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Chinese Children Seeking a Happy Ending

Children wearing traditional costumes pose during preparations for Chinese lunar new year celebrations in Hong Kong on February 17, 2015.
Children wearing traditional costumes pose during preparations for Chinese lunar new year celebrations in Hong Kong on February 17, 2015.
Chinese Children
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Repeated cases of child abuse in China have shocked the country. They also have led to more protection of children’s rights. But rights activists say the government and private groups need to do more to help children in need.

A small child protection service in Shanghai is trying to stop neglect and violence against children.

Ge-Ge is seven years old. She has been homeless for almost half her life. Her mother suffers from a mental condition. They lived on the streets in Shenzhen for more than three years.

A man named Xiao Xu-Dong learned about Ge-Ge. He told her story to the local media earlier this year. Government officials heard the story and found help for Ge-Ge and her mom.

The mother began to receive treatment for her mental problems. Ge-Ge was sent to a center for children who lost both parents. She was later re-united with her father.

Her story has a happy ending. But social workers are not yet celebrating.

Xiao Xu-Dong spoke on Skype. He said that, “We have many child protection organizations, but why do we still have so many children being abused and neglected?”

Recently, Chinese media reported on repeated cases of child abuse in the country. A six-year-old girl in Yiwu was beaten to death by her own mother. Two girls in Nanjing died from starvation in their own home. The reports shocked many Chinese and led the government to strengthen measures to protect children’s rights.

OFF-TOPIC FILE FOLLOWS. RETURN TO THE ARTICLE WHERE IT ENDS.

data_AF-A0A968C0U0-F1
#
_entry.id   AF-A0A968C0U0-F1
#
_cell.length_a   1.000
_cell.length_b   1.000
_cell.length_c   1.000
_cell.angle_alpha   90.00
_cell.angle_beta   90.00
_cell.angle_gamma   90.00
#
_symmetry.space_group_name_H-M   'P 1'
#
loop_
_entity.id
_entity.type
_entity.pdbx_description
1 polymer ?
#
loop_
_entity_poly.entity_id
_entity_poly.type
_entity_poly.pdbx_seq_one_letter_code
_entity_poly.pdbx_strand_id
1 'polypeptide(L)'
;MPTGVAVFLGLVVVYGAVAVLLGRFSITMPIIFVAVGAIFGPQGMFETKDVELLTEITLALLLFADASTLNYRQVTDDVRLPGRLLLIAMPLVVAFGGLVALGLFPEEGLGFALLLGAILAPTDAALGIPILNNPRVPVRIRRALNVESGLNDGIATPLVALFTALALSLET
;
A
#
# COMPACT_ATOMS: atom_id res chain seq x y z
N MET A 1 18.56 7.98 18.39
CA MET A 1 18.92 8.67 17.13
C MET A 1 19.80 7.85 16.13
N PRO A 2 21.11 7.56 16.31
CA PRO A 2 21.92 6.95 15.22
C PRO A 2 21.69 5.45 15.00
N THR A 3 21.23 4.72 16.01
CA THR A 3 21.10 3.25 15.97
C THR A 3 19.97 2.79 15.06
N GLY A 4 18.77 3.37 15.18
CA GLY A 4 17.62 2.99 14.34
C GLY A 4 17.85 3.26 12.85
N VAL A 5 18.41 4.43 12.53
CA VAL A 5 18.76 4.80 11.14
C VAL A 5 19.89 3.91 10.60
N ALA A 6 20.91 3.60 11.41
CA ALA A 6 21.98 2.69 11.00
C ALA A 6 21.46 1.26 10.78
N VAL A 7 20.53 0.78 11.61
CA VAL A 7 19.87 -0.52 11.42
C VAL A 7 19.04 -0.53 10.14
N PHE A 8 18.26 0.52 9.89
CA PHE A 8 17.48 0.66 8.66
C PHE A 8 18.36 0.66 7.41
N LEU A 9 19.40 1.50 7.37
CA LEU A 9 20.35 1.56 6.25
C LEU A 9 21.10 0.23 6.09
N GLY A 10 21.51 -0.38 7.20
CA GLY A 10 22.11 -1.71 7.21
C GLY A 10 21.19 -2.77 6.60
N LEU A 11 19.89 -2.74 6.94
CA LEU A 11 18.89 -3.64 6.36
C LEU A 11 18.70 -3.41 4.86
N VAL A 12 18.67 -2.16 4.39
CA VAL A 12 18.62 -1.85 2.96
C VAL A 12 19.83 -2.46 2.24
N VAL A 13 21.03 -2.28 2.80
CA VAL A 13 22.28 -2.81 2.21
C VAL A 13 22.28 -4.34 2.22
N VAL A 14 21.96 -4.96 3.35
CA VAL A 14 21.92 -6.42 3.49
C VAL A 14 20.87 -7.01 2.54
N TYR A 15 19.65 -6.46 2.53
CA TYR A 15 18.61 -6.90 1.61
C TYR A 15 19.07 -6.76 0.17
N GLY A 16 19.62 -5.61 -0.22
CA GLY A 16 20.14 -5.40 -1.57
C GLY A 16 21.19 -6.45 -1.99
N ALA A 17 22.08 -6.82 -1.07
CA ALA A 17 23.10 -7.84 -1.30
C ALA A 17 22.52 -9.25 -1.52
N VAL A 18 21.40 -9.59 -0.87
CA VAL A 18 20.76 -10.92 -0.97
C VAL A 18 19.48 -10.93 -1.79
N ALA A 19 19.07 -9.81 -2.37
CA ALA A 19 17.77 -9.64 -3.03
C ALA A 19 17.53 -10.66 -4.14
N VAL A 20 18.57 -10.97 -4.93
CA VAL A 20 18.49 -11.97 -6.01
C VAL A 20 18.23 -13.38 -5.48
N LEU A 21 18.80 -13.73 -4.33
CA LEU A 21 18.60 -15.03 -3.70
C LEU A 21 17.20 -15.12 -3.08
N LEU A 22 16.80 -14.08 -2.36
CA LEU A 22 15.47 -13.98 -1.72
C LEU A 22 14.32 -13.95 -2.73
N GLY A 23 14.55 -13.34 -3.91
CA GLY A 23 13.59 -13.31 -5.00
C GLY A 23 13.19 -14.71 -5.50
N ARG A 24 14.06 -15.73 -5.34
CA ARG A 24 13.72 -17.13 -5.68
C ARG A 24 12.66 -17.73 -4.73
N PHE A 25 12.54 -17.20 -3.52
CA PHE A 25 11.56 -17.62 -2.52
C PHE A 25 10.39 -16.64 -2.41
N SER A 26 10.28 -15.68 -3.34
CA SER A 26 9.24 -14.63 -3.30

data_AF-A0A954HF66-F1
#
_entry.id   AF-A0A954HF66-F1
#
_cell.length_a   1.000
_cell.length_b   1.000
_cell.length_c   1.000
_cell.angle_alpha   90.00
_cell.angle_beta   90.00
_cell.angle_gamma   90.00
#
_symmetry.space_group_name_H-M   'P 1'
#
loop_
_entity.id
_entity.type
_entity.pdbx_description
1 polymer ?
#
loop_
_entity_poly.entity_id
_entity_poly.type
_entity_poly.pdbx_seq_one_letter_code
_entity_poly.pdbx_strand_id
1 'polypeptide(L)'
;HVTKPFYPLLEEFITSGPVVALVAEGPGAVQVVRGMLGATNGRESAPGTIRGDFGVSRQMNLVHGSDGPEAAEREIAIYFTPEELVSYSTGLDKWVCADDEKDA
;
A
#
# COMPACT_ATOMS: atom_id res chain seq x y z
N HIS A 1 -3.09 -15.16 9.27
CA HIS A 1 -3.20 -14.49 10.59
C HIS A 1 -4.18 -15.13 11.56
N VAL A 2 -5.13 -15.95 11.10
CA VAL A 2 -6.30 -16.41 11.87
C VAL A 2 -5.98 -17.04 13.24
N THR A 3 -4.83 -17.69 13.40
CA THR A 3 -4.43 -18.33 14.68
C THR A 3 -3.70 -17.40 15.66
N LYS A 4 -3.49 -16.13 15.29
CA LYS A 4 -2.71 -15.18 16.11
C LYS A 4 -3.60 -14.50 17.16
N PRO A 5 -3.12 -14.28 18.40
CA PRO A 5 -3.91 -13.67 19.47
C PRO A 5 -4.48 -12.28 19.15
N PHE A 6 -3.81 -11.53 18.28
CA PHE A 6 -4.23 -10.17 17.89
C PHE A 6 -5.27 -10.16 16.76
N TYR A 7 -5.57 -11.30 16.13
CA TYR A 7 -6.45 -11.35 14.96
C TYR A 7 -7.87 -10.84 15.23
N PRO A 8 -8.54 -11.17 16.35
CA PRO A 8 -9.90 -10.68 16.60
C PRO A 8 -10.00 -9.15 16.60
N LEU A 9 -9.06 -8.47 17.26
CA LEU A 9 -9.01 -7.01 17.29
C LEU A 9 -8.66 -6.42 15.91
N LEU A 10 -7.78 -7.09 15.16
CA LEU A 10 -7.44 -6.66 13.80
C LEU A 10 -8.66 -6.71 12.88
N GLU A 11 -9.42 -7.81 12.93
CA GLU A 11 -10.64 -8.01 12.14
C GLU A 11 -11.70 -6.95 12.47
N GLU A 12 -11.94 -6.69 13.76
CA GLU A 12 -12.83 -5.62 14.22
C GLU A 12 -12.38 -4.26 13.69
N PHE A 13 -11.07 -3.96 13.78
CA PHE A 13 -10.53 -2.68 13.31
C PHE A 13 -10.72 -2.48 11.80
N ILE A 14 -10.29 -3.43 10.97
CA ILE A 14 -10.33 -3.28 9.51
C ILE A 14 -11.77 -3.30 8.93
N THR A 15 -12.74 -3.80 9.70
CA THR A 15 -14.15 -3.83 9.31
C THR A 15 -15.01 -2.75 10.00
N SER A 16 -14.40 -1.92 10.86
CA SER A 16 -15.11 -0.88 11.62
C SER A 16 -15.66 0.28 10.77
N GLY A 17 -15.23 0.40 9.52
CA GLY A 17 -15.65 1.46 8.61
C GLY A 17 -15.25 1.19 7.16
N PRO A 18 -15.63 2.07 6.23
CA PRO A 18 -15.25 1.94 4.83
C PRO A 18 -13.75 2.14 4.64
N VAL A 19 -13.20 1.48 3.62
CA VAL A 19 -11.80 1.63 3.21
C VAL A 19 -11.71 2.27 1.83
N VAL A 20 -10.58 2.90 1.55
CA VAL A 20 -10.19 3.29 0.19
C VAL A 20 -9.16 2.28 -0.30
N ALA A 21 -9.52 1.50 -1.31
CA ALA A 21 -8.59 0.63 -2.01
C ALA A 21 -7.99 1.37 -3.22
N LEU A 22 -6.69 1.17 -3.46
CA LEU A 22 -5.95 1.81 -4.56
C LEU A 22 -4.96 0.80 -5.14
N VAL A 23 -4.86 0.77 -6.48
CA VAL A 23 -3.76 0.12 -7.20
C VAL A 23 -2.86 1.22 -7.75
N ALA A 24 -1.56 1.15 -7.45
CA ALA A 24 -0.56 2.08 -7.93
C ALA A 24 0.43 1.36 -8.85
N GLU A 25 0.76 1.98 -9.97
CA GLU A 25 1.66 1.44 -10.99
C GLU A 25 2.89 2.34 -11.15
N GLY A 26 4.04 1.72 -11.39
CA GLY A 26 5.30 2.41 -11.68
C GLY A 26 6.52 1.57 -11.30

Xie Chang-E is a lawyer. She offers legal assistance at a child protection service called Hope Home. Ms. Xie said that China has laws to protect children’s rights. But the laws are often unclear, she added, and difficult to put into effect.

In her words, “China’s civil laws and laws on the protection of minors are rather general with no concrete and feasible practices to follow.”

However, the government is starting to recognize the problems in the child welfare system. New rules state that parents or legal guardians who sexually abuse, sell, abandon or violently hurt children will lose their legal right to care for them.

Ms. Xie approves of the new regulations. She says they are a good way to help protect children. But, she says police and other officials do not know about the regulations or do not always follow them.

She also notes that the new regulations have the force of law, but they have not yet been written into laws.

Xiao Xu-Dong, the man who first helped Ge-Ge, also volunteers at Hope Home. He says China needs to create a more complete system to protect children from abuse and domestic violence.

And he said, “As just one volunteer myself, I feel, most of the time, I can’t do much to help these children.” He repeats that although Ge-Ge found her family and is no longer homeless, many children in China are still suffering.

I’m Jim Tedder.

Helen Wu reported this story from Washington, DC. Kelly Jean Kelly adapted it for Learning English. George Grow was the editor.


Words in This Story

neglectn. not giving enough attention or care

social workersn. people who work for a government or private organization that help people who have financial or family problems

welfaren. a state of being happy, healthy or successful; (in this story) a government program for poor or unemployed people that helps pay for their food, housing, medical costs, etc.

abandon – v. to leave alone